Barrister & Solicitor

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ABOUT
CONTACT
FAMILY LAW:
Marriage or Cohabitation
Agreements
Marriage Breakdown or Breakdown of a Common Law Spousal or Same-Sex Partner Relationship
Conclusion/Disclaimer
WILLS & ESTATES:
Wills
Probate Taxes
Intestacy
Rights of Surviving Spouse & Dependants
Conclusion/Disclaimer
MAIN PAGE


Wills & Estates: Intestacy

When a person dies without a will, an “intestacy” results, and the person is described as “intestate”.

Where the person dies intestate in respect of property, and is survived by a spouse and not survived by any issue, the surviving spouse is entitled to the property of the deceased spouse absolutely.

Where the deceased person is survived by a spouse and by issue, the first $200,000 of the estate passes to the spouse. If there is one surviving child, the balance in excess of $200,000 is divided equally between the surviving child and the spouse. If there is more than one surviving child, one-third of the balance in excess of $200,000 passes to the spouse, and the remaining two-thirds is divided equally among the children. If the deceased is not survived by a spouse or any children, the estate is divided among the parents, siblings, and then closest next-of-kin, in that descending order of priority.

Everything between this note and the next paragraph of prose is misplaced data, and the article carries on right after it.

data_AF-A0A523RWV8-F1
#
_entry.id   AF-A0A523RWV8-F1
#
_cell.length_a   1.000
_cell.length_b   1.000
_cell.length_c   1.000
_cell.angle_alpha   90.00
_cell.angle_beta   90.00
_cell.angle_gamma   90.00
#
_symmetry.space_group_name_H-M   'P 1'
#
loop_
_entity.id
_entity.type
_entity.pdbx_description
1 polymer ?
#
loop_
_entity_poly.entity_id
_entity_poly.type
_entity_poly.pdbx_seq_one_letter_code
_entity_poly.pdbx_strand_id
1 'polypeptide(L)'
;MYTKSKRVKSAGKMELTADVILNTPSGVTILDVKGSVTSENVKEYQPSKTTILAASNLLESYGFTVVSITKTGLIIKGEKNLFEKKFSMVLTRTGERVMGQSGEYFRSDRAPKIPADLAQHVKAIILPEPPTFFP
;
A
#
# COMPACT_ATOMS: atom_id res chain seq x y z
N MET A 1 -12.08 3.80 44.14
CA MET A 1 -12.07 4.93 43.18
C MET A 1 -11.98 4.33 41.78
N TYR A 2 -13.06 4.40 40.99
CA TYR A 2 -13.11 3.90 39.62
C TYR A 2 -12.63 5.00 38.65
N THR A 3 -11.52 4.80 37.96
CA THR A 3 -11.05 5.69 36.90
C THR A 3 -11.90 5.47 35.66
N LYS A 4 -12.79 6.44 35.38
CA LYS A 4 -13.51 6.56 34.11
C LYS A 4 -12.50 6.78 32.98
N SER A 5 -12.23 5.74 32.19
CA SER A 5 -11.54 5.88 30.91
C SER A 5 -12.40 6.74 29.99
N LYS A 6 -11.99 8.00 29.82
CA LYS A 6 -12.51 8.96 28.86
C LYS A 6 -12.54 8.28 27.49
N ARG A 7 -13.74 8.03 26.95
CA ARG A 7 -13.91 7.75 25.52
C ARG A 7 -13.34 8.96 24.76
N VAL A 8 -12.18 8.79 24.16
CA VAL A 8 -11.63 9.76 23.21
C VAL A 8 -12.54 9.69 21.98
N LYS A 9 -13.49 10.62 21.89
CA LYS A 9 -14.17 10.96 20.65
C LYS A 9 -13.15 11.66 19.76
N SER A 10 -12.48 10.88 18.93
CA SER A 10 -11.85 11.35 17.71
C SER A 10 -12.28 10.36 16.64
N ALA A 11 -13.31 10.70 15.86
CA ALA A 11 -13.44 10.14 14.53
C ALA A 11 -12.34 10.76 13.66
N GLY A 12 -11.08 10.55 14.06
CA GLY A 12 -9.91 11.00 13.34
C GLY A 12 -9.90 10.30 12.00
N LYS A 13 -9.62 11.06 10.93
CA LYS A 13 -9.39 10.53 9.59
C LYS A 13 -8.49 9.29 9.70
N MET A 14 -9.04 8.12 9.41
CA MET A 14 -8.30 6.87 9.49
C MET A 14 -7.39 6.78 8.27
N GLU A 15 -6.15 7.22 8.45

Note that a “spouse” is defined for purposes of the law of intestacy as meaning “either of a man or a woman who are married to each other”. This definition does not include a common law spouse or same-sex partner.